“I know the plans I have in mind for you. I have reserved a future with hope and you will seek me and you will find me.”-Jeremiah 29:11
Sister Maggie McCarthy grew up in a happy family with three younger siblings and her parents, Daniel and Mary (Kiley) McCarthy. For 12 years she was educated in Somerville, Mass. by the Sisters of Notre Dame de Namur at St. Joseph School.
All her life she’d wanted to be a nurse and by her last year of high school had selected the hospital where she would receive her training (choosing based on her preferred nurse’s uniform!). But during the spring of her Senior year, Maggie was talking to God and it came to her that she KNEW she was going to be a Sister of Notre Dame de Namur.
She kept her change of plans to herself for some time, but when she told her parents her mother was supportive. Her father was initially far less receptive to the idea: “As a Catholic man from Ireland,” Sister notes, “he couldn’t say no … [but] I was daddy’s little girl and he never thought he was going to lose me like that.” No matter what his reaction, Maggie knew she would be a SNDdeN. “You don’t say ‘no’ to God, for heaven’s sake!” she said with a laugh.
That summer, Maggie worked part-time and spent her earnings having a good time, but it didn’t change her mind about entering the Congregation. She never had any second thoughts; she just knew that’s where she was called to go!
In 1952 she entered the novitiate and took the name Sister Daniel Mary in honor of her parents. She earned a bachelor’s degree in Biology from Emmanuel College in Boston and a master’s in Science Education from the University of Maryland.
Looking back, Sister Maggie feels lucky to have had ministries where she stayed for quite a while. And, she says, “When given choice of ministry, I never had to make the choice myself; I feel that, just like the decision to enter, I was chosen. Someone else knew that it was the right thing—that I had the right gifts and they invited me.”
For 15 years, she taught math and science in Connecticut and Massachusetts. After her father died, she volunteered for the “missions,” which at the time included Latin America, Africa and … Connecticut! Concerns about public safety in that era made her reluctant to be in Africa, but in 1968 the Provincial visited her to tell her that in Kenya there was a need for someone with exactly her gifts. She accepted the offer to become the head of the science and agriculture departments at Eregi Teacher Training College. She says with enthusiasm that “It was just a wonderful ten years. It’s a beautiful country and the students were so eager to learn!” During the time Sister Maggie was there, she was pleased to see a big increase in the percentage of women in her classes. She also enjoyed the supportive community of faculty and staff at Eregi, recalling in particular how they reacted immediately to help get her home when she received the news that her mother was gravely ill.
Health issues of her own brought Sister Maggie back to the U.S. and when her doctors advised her not to return to Africa, she began discerning a new direction for her ministry. She began studying clinical pastoral education and soon found herself working in a hospital—not as a nurse, as she’d imagined in her youth—but ultimately as the director of the department of pastoral care and head of the hospital’s medical ethics committee for many years. Her work also had an educational aspect, as she taught nurses how to help families make decisions for their loved ones who were under the hospital’s care.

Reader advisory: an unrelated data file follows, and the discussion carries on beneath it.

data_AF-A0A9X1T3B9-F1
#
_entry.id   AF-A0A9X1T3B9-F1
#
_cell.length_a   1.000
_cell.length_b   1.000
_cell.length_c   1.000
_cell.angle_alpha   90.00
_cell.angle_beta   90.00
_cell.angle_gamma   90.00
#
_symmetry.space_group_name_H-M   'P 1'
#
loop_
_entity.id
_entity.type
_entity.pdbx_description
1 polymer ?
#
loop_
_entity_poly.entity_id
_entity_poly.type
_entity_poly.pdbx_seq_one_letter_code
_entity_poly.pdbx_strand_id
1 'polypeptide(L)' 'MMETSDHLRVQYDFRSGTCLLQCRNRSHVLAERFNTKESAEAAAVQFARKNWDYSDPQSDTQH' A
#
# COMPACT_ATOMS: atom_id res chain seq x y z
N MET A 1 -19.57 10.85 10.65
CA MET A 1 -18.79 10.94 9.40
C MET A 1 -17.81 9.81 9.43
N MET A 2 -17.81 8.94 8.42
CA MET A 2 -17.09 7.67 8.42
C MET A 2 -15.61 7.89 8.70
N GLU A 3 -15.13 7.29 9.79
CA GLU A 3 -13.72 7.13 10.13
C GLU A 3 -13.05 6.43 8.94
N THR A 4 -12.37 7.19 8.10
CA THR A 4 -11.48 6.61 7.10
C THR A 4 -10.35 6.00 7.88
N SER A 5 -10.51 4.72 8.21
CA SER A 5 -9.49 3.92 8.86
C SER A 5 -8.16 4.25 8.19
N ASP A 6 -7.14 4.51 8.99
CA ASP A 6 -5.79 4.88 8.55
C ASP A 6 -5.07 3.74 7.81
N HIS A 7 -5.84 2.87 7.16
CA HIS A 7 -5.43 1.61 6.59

“I loved it,” says Sister Maggie, “and I grew into a different set of gifts because science and math and pastoral care come from two different sides of the brain!” During this time, Sister Maggie developed her technical skills and from the late 1990s was also serving as the technology representative for the province.
At age 70 she retired from the hospital and enjoyed a wonderful sabbatical year. Because of her skills, especially those related to technology, Sister Maggie was offered the position of executive director of the Congregational Mission Office (CMO) in Ipswich, Mass., where she was responsible for Congregational communications, development, justice and peace and the Non-Governmental Organization role at the United Nations. “We worked wonderfully together! I loved all of it!” she says. One of her favorite parts of this ministry was to teach computer skills to Sisters from the Southern hemisphere who participated in an internship program at the CMO.
After 11 years, she left that ministry at age 81 and happily moved into Julie House, the Sisters’ retirement community in Connecticut. Now Sister Maggie is enjoying semi-retirement as she contributes to the province technology support circle and helps the residents of Julie House with all their technology needs.
In her life now, she finds joy in community, family and technology. She is happy to live with other Sisters, since during her past several ministries she was living alone. She greatly enjoys her family, especially visiting her youngest brother and his wife (who is like a true sister to her) in Florida and she likes the challenge of learning new things as she helps the Sisters in her community with technology.
Sister Maggie's Ministries
|1955-57||Teacher, St. Gregory School, Dorchester, Mass.|
|1957-58||Teacher, St. Aedan School, New Haven, Conn.|
|1958-60||Teacher, St. Thomas School, Peabody, Mass.|
|1960-61||Teacher, St. Boniface School, New Haven, Conn.|
|1961-68||Teacher, St. Aloysius, New Canaan, Conn.|
|1968-78||Head of Science Department, Eregi Teacher Training College, Maragoli, Kenya|
|1979-2004||Director of Pastoral Care, Mercy Medical Center, Springfield, Mass.|
|2005-16||Executive Director of the Congregational Mission Office, Congregational Center, Ipswich, Mass.|
|Present||Member of U.S. East-West Province Technology|
Support Circle. and Technology Guide for Sisters at Julie House, Windsor, Conn.